Located between 19th & 20th Streets on East Main Street, this museum features exhibits on the life and career of Edgar Allan Poe. By documenting his accomplishments with pictures, relics, and verse, and focusing on his many years in Richmond; visitors get a glimpse of what Edgar Allan Poe was like. Five small buildings and an enclosed garden house the poet's possessions and memorabilia.
Located at Ninth and Marshall Streets, this house was the home of John Marshall for 45 years. He was the pioneer chief justice of the U.S. Supreme Court. The house was built in 1790 and is the oldest brick house surviving the City. Restored as a house museum, it contains artifacts from Marshall's home and professional life.
Located at 110-1/2 E. Leigh St., the Maggie L. Walker National Historic Site commemorates the life of a progressive and talented African American woman. Despite many adversities, she achieved success in the world of business and finance. She was the first woman in the United States to found and serve as president of a bank. The bank she founded, now Consolidated Bank & Trust, is the oldest surviving black-operated bank in the United States. The site includes her residence of thirty years and a visitor center detailing her life and the Jackson Ward community, in which, she lived and worked. The house is restored to its 1930's appearance with original Walker family pieces.
Located at 1700 Hampton St., this 100-acre Victorian estate, once home of Major James H. and Sallie May Dooley, was bequeathed to the City of Richmond in 1925. Features include: nature center and gardens, a carriage collection, children's farm and native Virginia wildlife exhibits (with more than 300 animals, almost 60 species), and the restored mansion. Since 1975, Maymont has been maintained and operated by the private nonprofit Maymont Foundation.
For more information, call (804)358-7166.
Meadow Farm Museum/Crump Park
Located at 3400 Mountain in Richmond, this 1860's living historical farm recreates the life of a middle-class rural family. Changing exhibits, gift shop and orientation videos are features in the orientation center.
Located at 1201 E. Clay St., adjacent to the restored historic White House of the Confederacy, this modern facility holds the world's most comprehensive collection of military, political and domestic artifacts and art associated with the period of the Confederacy, 1861-1865.
Located at 102 Hull St., steam, passenger, freight and other artifacts of Virginia's rail heritage are on display near the 1831 birthplace of Virginia railroading. For more information, call (804)233-6237.
Located at 3215 E. Broad St., in the Chimborazo Park Visitor's Center Between 1861 and 1865, Union armies repeatedly set out to capture Richmond, the capital of the Confederacy, to end the Civil War. Three of those campaigns came within a few miles of the city. The park commemorates eleven different sites associated with those campaigns, including the battlefields at Gaines' Mill, Malvern Hill and Cold Harbor. Established in 1936, the park protects 763 acres of historic ground. Begin with an explanatory film, and then tour the well-preserved sites of the Civil War battle fields. There are history programs and more at the Chimborazo Park Visitors Center.
Located at 1015 E. Clay St., this museum features the life and history of Richmond. Major changing exhibitions focus on American urban and social history, costumes, decorative arts and architecture. The museum's 1812 Wickham House features rare neoclassical wall paintings.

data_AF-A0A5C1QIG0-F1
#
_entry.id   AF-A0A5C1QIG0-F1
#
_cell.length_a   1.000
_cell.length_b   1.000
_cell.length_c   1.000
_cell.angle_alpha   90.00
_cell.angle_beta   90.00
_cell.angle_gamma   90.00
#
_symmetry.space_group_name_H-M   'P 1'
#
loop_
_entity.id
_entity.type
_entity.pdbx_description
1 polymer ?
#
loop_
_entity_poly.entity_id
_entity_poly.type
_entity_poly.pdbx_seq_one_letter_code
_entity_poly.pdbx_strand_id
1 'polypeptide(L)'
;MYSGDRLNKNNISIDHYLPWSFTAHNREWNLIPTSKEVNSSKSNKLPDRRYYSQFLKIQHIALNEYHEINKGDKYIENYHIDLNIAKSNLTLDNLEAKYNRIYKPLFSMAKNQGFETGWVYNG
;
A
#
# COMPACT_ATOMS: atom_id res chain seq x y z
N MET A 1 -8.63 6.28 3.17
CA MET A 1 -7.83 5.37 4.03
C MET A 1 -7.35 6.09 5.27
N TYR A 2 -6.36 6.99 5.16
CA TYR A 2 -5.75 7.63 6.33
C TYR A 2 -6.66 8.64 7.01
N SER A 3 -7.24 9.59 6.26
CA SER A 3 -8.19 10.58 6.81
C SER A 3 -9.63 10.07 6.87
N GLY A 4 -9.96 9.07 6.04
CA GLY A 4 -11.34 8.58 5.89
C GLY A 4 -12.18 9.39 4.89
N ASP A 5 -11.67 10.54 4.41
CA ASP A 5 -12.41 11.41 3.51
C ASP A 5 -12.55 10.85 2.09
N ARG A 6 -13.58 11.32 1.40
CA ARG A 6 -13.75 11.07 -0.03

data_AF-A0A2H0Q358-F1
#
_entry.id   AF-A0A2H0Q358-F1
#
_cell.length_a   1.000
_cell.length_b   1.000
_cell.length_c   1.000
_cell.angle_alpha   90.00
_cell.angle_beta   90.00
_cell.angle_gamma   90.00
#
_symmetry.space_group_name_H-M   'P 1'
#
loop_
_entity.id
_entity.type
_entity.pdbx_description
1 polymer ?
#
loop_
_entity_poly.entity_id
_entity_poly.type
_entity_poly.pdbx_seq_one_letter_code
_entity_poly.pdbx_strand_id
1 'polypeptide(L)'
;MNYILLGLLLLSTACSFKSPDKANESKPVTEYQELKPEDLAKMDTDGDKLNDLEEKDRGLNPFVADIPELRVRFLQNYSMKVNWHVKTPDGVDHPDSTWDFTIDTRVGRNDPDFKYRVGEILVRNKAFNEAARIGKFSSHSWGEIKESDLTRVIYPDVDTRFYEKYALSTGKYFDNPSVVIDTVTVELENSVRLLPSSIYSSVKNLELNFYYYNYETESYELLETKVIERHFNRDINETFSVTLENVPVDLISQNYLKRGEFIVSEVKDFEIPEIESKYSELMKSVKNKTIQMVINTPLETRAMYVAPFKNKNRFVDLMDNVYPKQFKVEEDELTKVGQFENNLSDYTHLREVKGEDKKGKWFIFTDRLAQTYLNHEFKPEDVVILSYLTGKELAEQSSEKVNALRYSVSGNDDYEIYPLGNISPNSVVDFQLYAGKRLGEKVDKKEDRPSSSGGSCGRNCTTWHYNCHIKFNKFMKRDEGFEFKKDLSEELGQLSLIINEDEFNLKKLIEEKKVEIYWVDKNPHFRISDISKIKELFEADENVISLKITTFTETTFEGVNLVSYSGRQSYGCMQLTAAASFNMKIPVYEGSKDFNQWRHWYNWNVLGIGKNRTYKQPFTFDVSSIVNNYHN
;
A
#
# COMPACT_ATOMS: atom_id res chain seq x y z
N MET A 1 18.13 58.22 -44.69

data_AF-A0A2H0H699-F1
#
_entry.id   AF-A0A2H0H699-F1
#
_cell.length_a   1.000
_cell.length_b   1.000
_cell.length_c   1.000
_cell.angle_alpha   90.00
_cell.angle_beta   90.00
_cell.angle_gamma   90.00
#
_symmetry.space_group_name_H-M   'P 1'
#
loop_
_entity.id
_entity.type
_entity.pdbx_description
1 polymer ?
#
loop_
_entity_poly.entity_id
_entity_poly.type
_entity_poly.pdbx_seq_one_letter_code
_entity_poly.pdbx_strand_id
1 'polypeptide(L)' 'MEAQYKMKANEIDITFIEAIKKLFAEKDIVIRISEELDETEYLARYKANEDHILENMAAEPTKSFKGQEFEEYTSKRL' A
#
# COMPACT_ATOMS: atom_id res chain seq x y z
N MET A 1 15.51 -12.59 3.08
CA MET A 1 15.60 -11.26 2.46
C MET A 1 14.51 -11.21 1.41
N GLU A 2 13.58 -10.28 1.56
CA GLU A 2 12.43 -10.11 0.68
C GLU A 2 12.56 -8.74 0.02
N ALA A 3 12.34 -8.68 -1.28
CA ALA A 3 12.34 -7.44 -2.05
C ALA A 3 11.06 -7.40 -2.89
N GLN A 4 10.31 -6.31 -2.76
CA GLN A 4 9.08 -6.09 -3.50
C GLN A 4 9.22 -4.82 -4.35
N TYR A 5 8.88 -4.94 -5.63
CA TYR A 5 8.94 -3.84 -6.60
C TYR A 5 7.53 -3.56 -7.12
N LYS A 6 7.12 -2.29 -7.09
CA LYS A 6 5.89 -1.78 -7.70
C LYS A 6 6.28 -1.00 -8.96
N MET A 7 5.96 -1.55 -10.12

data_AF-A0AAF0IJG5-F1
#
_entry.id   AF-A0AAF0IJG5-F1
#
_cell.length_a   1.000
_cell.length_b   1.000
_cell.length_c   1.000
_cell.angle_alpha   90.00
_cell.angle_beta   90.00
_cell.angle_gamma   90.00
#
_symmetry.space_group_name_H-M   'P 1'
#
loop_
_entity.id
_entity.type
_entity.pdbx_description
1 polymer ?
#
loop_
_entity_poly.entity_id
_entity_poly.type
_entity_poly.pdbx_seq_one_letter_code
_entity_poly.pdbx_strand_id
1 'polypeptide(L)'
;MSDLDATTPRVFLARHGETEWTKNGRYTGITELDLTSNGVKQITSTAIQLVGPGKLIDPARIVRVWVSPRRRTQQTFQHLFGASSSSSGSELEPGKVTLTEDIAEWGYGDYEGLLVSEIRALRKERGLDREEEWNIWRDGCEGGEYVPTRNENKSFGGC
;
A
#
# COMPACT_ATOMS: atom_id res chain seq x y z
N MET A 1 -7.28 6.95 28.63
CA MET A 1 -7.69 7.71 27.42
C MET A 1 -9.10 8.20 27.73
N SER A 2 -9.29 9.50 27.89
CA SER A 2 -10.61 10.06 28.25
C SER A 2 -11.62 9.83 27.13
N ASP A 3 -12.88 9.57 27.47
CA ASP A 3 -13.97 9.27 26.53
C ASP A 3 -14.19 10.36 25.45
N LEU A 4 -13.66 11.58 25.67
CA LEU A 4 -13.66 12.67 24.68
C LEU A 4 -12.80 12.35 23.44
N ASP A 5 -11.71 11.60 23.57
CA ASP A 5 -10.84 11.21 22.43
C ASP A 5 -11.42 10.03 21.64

Located at Richmond International Airport, 5701 Huntsman Road, the Virginia Aviation Museum is a division of theScience Museum of Virginia. This shrine to the "Golden Age of Aviation" enhances the Science Museum's aerospace exhibits with its extensive collection of vintage flying machines. Learn which planes earned the nicknames: Rolls Royce, Cadillac and Flying Bathtub. Stroll past exhibits on pioneer aviation, World War II and the Virginia Aviation Hall of Fame. Enjoy aviation films and lectures in the Benn Theater. And if that's still not enough, how about getting an up-close view of the incomparable SR-71 Blackbird!
Located at 200 W. Marshall St., this museum houses antique fire and crime fighting memorabilia and operates as a museum and educational center. The museum is a National Historic Landmark. Richmond has the distinction of having the second oldest police force in the country and one of the oldest fire departments as well.
Located at 2000 E. Cary St. in Shockoe Bottom, this museum is a tribute to Holocaust survivors. It features hands-on children's exhibits and an educational resource center. For more information, call (804)257-5400.
Located at 428 N. Boulevard, this museum offers a comprehensive collection of Virginia History. Nine-museum galleries exhibit rarely seen Virginia treasures. An extensive library for historical and genealogical research is also available. For more information, please call (804)358-4901.
Located at 4301 Sulgrave Road, this reconstructed English manor was home to Alexander Weddell, former United States Ambassador to Spain, and reflects his fascination with England and its history. The gardens are one of the highlights of the tour.
This top ten comprehensive art museum features 5,000 years of artistic achievement from the glories of ancient Greece and India, to contemporary international art. Major special exhibitions at all times. Also a not-to-be-missed museum shop, cafe´ and restaurant. Open 365 days a year and general admission is always free. For more information, call (804) 340-1400. Located at 200 N. Boulevard.
Located at 215 S. Wilton Rd. off Cary Street, this house is an impressive example of mid-18th century Georgian architecture with fine interior paneling accented by exquisite period furnishings. Wilton house is one of Richmond's architectural treasures.